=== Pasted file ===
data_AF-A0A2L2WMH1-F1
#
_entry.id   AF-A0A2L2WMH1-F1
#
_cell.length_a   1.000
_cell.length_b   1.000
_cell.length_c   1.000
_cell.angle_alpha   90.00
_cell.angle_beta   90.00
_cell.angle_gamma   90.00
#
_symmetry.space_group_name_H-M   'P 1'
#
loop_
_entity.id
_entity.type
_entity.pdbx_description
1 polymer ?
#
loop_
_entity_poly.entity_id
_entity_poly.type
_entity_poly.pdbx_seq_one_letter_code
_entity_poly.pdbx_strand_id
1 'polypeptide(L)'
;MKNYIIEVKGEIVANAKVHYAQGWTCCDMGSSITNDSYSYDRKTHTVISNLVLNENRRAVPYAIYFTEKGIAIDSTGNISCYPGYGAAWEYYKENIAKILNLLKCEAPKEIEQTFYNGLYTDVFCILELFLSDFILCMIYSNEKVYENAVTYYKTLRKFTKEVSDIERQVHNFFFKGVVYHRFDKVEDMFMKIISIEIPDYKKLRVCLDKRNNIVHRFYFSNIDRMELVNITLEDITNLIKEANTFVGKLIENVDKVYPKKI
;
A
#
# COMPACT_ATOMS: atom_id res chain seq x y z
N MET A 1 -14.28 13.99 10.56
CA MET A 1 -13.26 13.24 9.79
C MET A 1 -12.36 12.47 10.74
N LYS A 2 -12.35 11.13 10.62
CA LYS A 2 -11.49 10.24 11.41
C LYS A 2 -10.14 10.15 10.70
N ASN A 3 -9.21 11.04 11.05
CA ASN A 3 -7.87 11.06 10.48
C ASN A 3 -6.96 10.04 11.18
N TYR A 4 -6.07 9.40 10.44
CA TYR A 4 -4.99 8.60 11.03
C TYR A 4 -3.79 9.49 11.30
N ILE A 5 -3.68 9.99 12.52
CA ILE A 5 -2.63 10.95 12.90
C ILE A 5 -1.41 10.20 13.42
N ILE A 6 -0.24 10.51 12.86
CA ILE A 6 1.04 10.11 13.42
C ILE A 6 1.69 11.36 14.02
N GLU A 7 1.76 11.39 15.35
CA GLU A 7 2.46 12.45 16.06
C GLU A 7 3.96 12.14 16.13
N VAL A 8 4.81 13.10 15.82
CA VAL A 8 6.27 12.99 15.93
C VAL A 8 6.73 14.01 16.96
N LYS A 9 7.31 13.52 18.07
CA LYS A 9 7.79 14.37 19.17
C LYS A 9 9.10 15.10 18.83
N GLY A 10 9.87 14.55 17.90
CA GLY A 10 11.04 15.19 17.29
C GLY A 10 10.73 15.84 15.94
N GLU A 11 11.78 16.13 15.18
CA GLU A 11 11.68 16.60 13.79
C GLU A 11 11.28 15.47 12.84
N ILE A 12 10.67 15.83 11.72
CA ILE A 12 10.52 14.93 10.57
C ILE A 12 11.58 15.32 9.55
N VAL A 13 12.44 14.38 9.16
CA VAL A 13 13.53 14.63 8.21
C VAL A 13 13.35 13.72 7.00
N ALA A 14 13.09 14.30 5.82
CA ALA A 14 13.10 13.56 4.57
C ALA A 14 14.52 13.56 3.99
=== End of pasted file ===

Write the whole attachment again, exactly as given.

data_AF-A0A2L2WMH1-F1
#
_entry.id   AF-A0A2L2WMH1-F1
#
_cell.length_a   1.000
_cell.length_b   1.000
_cell.length_c   1.000
_cell.angle_alpha   90.00
_cell.angle_beta   90.00
_cell.angle_gamma   90.00
#
_symmetry.space_group_name_H-M   'P 1'
#
loop_
_entity.id
_entity.type
_entity.pdbx_description
1 polymer ?
#
loop_
_entity_poly.entity_id
_entity_poly.type
_entity_poly.pdbx_seq_one_letter_code
_entity_poly.pdbx_strand_id
1 'polypeptide(L)'
;MKNYIIEVKGEIVANAKVHYAQGWTCCDMGSSITNDSYSYDRKTHTVISNLVLNENRRAVPYAIYFTEKGIAIDSTGNISCYPGYGAAWEYYKENIAKILNLLKCEAPKEIEQTFYNGLYTDVFCILELFLSDFILCMIYSNEKVYENAVTYYKTLRKFTKEVSDIERQVHNFFFKGVVYHRFDKVEDMFMKIISIEIPDYKKLRVCLDKRNNIVHRFYFSNIDRMELVNITLEDITNLIKEANTFVGKLIENVDKVYPKKI
;
A
#
# COMPACT_ATOMS: atom_id res chain seq x y z
N MET A 1 -14.28 13.99 10.56
CA MET A 1 -13.26 13.24 9.79
C MET A 1 -12.36 12.47 10.74
N LYS A 2 -12.35 11.13 10.62
CA LYS A 2 -11.49 10.24 11.41
C LYS A 2 -10.14 10.15 10.70
N ASN A 3 -9.21 11.04 11.05
CA ASN A 3 -7.87 11.06 10.48
C ASN A 3 -6.96 10.04 11.18
N TYR A 4 -6.07 9.40 10.44
CA TYR A 4 -4.99 8.60 11.03
C TYR A 4 -3.79 9.49 11.30
N ILE A 5 -3.68 9.99 12.52
CA ILE A 5 -2.63 10.95 12.90
C ILE A 5 -1.41 10.20 13.42
N ILE A 6 -0.24 10.51 12.86
CA ILE A 6 1.04 10.11 13.42
C ILE A 6 1.69 11.36 14.02
N GLU A 7 1.76 11.39 15.35
CA GLU A 7 2.46 12.45 16.06
C GLU A 7 3.96 12.14 16.13
N VAL A 8 4.81 13.10 15.82
CA VAL A 8 6.27 12.99 15.93
C VAL A 8 6.73 14.01 16.96
N LYS A 9 7.31 13.52 18.07
CA LYS A 9 7.79 14.37 19.17
C LYS A 9 9.10 15.10 18.83
N GLY A 10 9.87 14.55 17.90
CA GLY A 10 11.04 15.19 17.29
C GLY A 10 10.73 15.84 15.94
N GLU A 11 11.78 16.13 15.18
CA GLU A 11 11.68 16.60 13.79
C GLU A 11 11.28 15.47 12.84
N ILE A 12 10.67 15.83 11.72
CA ILE A 12 10.52 14.93 10.57
C ILE A 12 11.58 15.32 9.55
N VAL A 13 12.44 14.38 9.16
CA VAL A 13 13.53 14.63 8.21
C VAL A 13 13.35 13.72 7.00
N ALA A 14 13.09 14.30 5.82
CA ALA A 14 13.10 13.56 4.57
C ALA A 14 14.52 13.56 3.99